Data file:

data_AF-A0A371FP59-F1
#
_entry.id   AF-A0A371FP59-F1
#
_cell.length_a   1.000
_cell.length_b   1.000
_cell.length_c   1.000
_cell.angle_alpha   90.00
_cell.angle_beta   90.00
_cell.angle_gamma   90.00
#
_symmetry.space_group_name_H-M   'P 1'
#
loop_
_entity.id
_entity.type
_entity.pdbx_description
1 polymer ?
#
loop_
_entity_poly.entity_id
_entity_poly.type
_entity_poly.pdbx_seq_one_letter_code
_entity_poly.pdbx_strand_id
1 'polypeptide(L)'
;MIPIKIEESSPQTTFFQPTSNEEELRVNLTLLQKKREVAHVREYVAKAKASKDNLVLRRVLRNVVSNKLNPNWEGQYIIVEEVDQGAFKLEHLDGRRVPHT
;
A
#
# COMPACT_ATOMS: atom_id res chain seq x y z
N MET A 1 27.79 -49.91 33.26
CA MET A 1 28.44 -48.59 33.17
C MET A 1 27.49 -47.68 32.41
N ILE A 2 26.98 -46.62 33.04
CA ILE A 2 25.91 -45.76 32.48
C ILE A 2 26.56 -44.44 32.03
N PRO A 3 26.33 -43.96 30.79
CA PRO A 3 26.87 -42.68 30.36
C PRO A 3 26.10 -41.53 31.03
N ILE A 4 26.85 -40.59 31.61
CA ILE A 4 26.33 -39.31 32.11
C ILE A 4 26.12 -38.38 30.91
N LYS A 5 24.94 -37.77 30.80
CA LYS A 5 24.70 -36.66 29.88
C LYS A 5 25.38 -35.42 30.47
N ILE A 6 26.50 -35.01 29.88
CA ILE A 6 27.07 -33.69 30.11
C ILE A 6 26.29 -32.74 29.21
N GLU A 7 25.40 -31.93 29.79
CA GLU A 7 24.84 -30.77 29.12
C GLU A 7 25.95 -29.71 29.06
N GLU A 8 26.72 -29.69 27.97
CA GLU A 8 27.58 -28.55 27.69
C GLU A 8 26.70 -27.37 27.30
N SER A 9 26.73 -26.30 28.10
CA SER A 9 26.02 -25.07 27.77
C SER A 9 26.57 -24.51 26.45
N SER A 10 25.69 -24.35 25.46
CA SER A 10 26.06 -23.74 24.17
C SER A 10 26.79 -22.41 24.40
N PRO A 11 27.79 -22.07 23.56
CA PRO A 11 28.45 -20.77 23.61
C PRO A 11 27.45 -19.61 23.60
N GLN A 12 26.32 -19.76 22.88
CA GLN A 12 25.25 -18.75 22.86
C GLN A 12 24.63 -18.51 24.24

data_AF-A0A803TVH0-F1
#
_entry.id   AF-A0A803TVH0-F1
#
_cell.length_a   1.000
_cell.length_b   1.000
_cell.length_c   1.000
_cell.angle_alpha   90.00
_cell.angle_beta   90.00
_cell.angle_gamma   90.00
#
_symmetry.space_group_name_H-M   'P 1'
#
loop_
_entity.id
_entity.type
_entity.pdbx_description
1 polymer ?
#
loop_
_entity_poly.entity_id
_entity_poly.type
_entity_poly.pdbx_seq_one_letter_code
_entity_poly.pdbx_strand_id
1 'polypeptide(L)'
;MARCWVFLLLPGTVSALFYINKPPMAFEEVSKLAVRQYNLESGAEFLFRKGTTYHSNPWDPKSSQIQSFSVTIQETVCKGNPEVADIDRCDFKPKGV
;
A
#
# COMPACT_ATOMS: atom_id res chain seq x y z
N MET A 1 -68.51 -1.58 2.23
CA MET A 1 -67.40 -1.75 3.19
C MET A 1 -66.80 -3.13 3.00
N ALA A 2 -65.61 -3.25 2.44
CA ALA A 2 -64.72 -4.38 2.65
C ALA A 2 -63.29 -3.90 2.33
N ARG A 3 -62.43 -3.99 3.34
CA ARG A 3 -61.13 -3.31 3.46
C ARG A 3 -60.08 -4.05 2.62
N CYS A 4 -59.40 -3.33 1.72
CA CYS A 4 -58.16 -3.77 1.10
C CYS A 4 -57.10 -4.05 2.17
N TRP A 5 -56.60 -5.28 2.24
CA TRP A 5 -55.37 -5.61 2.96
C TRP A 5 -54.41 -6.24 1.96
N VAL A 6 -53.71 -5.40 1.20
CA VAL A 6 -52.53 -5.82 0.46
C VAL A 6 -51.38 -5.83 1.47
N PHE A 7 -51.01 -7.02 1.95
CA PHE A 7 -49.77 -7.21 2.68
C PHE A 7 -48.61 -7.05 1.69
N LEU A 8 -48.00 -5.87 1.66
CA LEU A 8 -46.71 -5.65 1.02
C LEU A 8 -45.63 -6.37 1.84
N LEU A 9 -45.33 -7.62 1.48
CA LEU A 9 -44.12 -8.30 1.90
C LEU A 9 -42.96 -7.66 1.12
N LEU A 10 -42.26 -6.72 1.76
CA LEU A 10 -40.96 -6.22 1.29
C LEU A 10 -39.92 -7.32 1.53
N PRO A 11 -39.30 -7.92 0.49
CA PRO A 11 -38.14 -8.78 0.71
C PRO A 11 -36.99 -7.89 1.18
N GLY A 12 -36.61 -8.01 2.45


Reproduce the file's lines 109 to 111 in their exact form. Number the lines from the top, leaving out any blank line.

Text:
N TRP A 5 -56.60 -5.28 2.24
CA TRP A 5 -55.37 -5.61 2.96
C TRP A 5 -54.41 -6.24 1.96